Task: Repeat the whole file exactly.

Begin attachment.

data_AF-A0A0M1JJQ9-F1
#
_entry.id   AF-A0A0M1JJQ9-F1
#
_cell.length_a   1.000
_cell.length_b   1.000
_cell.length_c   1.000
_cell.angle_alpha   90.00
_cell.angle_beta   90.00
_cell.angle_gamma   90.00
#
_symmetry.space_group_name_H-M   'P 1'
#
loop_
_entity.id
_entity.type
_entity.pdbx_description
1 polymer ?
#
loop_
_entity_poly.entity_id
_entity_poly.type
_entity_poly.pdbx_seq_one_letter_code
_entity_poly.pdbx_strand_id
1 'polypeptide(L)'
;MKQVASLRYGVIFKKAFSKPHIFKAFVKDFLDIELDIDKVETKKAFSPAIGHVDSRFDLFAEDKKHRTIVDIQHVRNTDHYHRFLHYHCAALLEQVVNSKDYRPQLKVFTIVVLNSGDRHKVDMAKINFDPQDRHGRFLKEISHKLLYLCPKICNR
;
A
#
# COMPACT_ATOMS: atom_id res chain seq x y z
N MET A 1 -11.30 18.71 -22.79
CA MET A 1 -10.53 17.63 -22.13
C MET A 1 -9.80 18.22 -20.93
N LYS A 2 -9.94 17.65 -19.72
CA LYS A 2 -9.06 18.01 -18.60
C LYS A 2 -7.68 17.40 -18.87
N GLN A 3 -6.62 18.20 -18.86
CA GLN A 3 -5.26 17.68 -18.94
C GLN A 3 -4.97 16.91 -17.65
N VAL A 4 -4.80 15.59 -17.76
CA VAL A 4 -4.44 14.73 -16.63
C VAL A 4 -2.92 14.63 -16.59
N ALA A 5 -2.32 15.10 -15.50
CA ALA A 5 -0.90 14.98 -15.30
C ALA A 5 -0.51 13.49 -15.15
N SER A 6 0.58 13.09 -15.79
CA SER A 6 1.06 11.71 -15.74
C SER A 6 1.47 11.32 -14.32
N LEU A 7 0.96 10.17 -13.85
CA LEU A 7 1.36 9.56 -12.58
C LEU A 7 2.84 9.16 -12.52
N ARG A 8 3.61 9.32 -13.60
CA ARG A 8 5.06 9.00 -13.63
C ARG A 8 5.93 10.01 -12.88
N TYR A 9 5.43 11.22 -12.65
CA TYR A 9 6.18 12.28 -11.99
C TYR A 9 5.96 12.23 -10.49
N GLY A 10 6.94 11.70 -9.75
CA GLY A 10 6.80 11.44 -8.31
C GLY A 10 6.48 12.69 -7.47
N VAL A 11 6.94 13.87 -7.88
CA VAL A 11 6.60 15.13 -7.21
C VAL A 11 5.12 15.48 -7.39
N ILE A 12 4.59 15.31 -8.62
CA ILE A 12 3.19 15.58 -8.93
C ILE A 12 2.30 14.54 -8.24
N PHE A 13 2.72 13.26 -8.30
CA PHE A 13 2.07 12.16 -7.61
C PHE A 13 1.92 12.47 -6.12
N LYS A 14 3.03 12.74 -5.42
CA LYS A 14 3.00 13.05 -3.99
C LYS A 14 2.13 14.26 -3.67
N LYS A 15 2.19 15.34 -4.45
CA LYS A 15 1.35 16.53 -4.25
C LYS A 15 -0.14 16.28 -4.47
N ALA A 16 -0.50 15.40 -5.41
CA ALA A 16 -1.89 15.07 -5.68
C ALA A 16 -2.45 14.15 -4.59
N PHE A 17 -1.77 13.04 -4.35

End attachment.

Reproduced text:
data_AF-A0A0M1JJQ9-F1
#
_entry.id   AF-A0A0M1JJQ9-F1
#
_cell.length_a   1.000
_cell.length_b   1.000
_cell.length_c   1.000
_cell.angle_alpha   90.00
_cell.angle_beta   90.00
_cell.angle_gamma   90.00
#
_symmetry.space_group_name_H-M   'P 1'
#
loop_
_entity.id
_entity.type
_entity.pdbx_description
1 polymer ?
#
loop_
_entity_poly.entity_id
_entity_poly.type
_entity_poly.pdbx_seq_one_letter_code
_entity_poly.pdbx_strand_id
1 'polypeptide(L)'
;MKQVASLRYGVIFKKAFSKPHIFKAFVKDFLDIELDIDKVETKKAFSPAIGHVDSRFDLFAEDKKHRTIVDIQHVRNTDHYHRFLHYHCAALLEQVVNSKDYRPQLKVFTIVVLNSGDRHKVDMAKINFDPQDRHGRFLKEISHKLLYLCPKICNR
;
A
#
# COMPACT_ATOMS: atom_id res chain seq x y z
N MET A 1 -11.30 18.71 -22.79
CA MET A 1 -10.53 17.63 -22.13
C MET A 1 -9.80 18.22 -20.93
N LYS A 2 -9.94 17.65 -19.72
CA LYS A 2 -9.06 18.01 -18.60
C LYS A 2 -7.68 17.40 -18.87
N GLN A 3 -6.62 18.20 -18.86
CA GLN A 3 -5.26 17.68 -18.94
C GLN A 3 -4.97 16.91 -17.65
N VAL A 4 -4.80 15.59 -17.76
CA VAL A 4 -4.44 14.73 -16.63
C VAL A 4 -2.92 14.63 -16.59
N ALA A 5 -2.32 15.10 -15.50
CA ALA A 5 -0.90 14.98 -15.30
C ALA A 5 -0.51 13.49 -15.15
N SER A 6 0.58 13.09 -15.79
CA SER A 6 1.06 11.71 -15.74
C SER A 6 1.47 11.32 -14.32
N LEU A 7 0.96 10.17 -13.85
CA LEU A 7 1.36 9.56 -12.58
C LEU A 7 2.84 9.16 -12.52
N ARG A 8 3.61 9.32 -13.60
CA ARG A 8 5.06 9.00 -13.63
C ARG A 8 5.93 10.01 -12.88
N TYR A 9 5.43 11.22 -12.65
CA TYR A 9 6.18 12.28 -11.99
C TYR A 9 5.96 12.23 -10.49
N GLY A 10 6.94 11.70 -9.75
CA GLY A 10 6.80 11.44 -8.31
C GLY A 10 6.48 12.69 -7.47
N VAL A 11 6.94 13.87 -7.88
CA VAL A 11 6.60 15.13 -7.21
C VAL A 11 5.12 15.48 -7.39
N ILE A 12 4.59 15.31 -8.62
CA ILE A 12 3.19 15.58 -8.93
C ILE A 12 2.30 14.54 -8.24
N PHE A 13 2.72 13.26 -8.30
CA PHE A 13 2.07 12.16 -7.61
C PHE A 13 1.92 12.47 -6.12
N LYS A 14 3.03 12.74 -5.42
CA LYS A 14 3.00 13.05 -3.99
C LYS A 14 2.13 14.26 -3.67
N LYS A 15 2.19 15.34 -4.45
CA LYS A 15 1.35 16.53 -4.25
C LYS A 15 -0.14 16.28 -4.47
N ALA A 16 -0.50 15.40 -5.41
CA ALA A 16 -1.89 15.07 -5.68
C ALA A 16 -2.45 14.15 -4.59
N PHE A 17 -1.77 13.04 -4.35